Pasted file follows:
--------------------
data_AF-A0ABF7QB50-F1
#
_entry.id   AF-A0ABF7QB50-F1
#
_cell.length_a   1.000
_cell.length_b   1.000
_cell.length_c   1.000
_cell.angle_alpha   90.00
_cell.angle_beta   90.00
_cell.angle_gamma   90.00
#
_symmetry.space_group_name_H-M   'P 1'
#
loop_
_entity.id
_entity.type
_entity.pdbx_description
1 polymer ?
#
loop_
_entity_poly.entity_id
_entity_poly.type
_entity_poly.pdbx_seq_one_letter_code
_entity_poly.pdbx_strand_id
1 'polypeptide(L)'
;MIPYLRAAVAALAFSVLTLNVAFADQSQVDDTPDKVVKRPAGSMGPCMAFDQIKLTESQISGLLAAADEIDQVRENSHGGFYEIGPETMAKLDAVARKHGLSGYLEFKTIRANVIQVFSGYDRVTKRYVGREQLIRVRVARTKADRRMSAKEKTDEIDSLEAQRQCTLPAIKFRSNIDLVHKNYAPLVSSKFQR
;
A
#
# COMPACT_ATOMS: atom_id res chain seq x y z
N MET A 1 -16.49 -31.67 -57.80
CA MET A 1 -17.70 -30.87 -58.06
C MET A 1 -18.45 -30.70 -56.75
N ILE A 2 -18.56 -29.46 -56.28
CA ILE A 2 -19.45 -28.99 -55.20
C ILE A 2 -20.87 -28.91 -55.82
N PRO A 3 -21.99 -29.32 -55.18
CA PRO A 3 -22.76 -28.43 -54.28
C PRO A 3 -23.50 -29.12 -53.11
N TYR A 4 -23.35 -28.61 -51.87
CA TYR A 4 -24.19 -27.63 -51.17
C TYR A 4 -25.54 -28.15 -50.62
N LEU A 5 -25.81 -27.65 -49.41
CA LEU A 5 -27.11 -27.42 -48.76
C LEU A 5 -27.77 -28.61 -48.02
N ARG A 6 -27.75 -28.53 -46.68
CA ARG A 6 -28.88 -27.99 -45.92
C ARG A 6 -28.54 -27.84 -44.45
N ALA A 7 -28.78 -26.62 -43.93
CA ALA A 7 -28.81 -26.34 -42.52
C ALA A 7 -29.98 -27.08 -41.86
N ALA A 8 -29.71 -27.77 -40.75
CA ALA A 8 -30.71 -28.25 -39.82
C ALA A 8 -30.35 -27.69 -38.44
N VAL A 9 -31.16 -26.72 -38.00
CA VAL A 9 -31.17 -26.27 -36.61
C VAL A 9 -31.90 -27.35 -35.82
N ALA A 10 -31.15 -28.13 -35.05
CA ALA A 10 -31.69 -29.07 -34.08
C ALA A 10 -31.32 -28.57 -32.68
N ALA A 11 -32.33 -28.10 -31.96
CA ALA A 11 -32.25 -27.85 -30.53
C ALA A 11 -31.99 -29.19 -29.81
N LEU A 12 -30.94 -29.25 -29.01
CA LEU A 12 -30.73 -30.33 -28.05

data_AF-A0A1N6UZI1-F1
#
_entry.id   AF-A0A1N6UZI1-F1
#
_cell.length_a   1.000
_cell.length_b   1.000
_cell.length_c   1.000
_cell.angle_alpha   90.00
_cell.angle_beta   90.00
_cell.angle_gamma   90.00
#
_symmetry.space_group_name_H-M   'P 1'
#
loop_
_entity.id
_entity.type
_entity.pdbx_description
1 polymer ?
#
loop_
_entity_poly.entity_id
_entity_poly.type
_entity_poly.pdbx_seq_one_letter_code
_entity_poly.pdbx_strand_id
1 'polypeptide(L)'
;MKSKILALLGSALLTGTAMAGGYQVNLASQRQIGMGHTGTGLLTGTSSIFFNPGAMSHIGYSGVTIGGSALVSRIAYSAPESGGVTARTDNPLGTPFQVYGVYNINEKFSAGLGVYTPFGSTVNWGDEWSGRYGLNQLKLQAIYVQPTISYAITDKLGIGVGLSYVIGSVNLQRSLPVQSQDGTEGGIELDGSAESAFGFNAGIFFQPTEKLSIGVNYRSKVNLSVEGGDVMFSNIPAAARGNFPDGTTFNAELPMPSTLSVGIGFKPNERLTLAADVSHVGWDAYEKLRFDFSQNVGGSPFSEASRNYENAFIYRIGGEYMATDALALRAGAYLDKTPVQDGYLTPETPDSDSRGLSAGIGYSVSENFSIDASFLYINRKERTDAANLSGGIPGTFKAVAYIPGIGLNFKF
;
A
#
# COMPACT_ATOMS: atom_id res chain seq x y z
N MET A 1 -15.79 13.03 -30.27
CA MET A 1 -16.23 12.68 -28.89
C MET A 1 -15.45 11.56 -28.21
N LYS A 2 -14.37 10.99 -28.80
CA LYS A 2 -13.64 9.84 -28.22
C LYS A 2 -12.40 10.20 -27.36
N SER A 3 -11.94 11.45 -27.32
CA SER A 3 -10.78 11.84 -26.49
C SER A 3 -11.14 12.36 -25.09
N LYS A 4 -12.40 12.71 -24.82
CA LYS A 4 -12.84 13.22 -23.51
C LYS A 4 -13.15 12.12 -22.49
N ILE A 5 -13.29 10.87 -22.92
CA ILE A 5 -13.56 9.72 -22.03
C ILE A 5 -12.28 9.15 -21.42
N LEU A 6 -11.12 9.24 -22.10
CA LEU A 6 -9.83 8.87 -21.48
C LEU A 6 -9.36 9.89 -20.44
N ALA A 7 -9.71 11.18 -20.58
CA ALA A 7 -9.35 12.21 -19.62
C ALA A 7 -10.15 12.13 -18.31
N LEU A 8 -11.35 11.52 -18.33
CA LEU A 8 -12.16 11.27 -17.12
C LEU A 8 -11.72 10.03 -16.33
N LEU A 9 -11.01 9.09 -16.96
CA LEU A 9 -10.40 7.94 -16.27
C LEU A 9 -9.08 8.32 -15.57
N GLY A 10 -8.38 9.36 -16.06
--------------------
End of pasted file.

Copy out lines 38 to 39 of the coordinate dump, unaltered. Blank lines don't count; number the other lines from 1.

CA PRO A 3 -22.76 -28.43 -54.28
C PRO A 3 -23.50 -29.12 -53.11